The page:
The House of Tatterdemalion


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Aloo fibers smell like goat.

June 7th, 2008 by tatterdemalion

I am sure you were all in desperate need of that astounding fact. It is true. I’m messing around with some Aloo fiber (it’s a thistle that grows in the Himalayas–oops. I mean nettle. I looked it up. I know the difference between nettle and thistle, really I do!) right now, and I can’t stop thinking “Good gravy! This smells like goat!!” And I know what goats smell like.

Did you wonder where I’d gone? Did you pine for me? Did you suppose I had given it all up in favor of dancing the polka and curling my hair? Nope! First of all, I don’t know how to dance the polka. And my hair is already curly, so traditionally, I ought to be struggling desperately to uncurl.

Nor did I die, or fall of the face of the earth, though I suppose if you wanted to be dreadfully theatrical, you could say I nearly did both. Once a week, I go up to my grandparents to watch over them and houseclean while my brother (he stays with them 24/7, as neither of them is capable of taking care of themselves) does the grocery shopping. The short-cut from back-roads-the-middle-of-nowhere to the-interstate-which-can get-you-anywhere is a very steep hill, chock full of hair-pin turns. Going up this hill, if you look to the right, you can see for a million miles all around as it overlooks valleys and hills. On the right, it’s an open empty field. On the left, it’s a boulder-strewn gully filled with trees.

So I take this road once a week, and I made it all through the WHOLE winter with it’s snow and ice and wind without incident. Even though I drove a midget little Geo Prisim which cried every time it attempt that hill, and liked to floated on slushy roads. And then we get this one very last freak snow, hardly worth mentioning. But of course it is windy (and did you know that Geo’s are kissing cousins to kites?) and a dusting of snow blows over a chilly patch in the road. Despite the fact that the vehicle is barely moving (this is a Geo, remember, and it is trying to climb a hill. A steep hill), I of course loose control of the vehicle.

I am happy to report that when I went airborne, I was facing the open field, not the gully.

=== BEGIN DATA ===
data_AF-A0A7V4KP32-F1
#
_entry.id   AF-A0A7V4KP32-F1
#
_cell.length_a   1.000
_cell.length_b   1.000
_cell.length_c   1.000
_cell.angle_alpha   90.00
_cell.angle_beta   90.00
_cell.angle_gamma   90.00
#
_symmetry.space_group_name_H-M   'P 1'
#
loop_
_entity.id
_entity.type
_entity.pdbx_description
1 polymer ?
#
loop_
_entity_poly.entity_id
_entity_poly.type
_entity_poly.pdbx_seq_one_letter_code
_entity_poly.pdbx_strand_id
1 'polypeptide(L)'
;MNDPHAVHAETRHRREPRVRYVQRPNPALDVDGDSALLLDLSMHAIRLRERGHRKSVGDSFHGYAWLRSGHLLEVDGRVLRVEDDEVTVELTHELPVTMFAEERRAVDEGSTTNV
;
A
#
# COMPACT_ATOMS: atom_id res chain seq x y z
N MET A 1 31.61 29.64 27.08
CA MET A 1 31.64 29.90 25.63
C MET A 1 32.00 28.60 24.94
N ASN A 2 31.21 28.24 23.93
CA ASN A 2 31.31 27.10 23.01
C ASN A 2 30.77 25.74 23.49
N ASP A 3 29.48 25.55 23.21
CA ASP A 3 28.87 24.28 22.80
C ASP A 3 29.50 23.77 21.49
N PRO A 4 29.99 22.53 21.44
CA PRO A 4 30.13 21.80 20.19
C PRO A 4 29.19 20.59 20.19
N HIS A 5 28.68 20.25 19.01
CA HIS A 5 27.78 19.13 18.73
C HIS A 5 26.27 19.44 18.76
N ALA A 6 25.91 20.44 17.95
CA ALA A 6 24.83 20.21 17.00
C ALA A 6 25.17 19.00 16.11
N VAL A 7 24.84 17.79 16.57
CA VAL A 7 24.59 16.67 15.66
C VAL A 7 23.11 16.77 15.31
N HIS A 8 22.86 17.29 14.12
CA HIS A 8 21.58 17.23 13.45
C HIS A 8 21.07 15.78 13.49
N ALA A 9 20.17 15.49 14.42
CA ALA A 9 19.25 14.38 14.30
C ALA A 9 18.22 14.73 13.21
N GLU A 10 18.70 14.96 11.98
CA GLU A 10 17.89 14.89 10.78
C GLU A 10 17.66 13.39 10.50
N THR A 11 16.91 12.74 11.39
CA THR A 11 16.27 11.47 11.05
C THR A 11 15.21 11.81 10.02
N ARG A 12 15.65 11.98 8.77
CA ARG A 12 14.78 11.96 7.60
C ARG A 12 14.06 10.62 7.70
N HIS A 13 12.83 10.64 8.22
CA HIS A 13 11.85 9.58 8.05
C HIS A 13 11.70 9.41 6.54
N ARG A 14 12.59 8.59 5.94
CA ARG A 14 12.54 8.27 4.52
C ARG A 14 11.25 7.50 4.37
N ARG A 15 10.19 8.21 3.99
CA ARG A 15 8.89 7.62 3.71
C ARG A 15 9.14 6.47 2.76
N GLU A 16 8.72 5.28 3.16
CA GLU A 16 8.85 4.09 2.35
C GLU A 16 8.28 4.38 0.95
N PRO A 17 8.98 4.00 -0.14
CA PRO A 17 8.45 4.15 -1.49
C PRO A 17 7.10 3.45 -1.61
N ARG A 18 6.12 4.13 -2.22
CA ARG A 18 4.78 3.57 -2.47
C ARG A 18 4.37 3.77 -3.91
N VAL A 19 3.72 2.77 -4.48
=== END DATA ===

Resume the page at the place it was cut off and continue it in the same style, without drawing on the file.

If you have never been in any sort of accident like that, allow me to inform you that it is a very weird experience. No, really. You would think it would be terrifying, but you kind of don’t have enough time for it all to sink it—it all goes so fast. You can’t take in all the facts of the physical happenings around you, much less pause for philosophical and emotional ponderings.

And after it—well, it’s over. The lady in the SUV behind me was far more upset than I was. Although, she herself said it was far more upsetting to watch than to be in one—between her and her husband, they’ve wiped out on that road 3 different times. She was so upset she was nearly crying; I could only think about three things.

(1) Whoa, major adrenaline rush. I feel really, really weird. It’s going to take a while to flush all this from my system.

(2) Crap, I just totaled my Dad’s car.

(3) I am going to be soooo late.

It’s odd, but when you can get up and walk away, you can never quite grasp how close you may have come—to what? Broken bones? Months of coma? Dying? Who knows? You can’t. You don’t even know what just happen. For instance, the couple in the SUV didn’t want to believe me when I said I was alright; I couldn’t understand the concern until they explained I had been getting thrown around in the car. This was very difficult for me to believe, but the resulting case of whiplash the next day convinced me. Who knows how close I came to disaster? I suppose the couple behind me in the SUV. I suppose it does all make sense that she was more upset watching me than wrecking herself.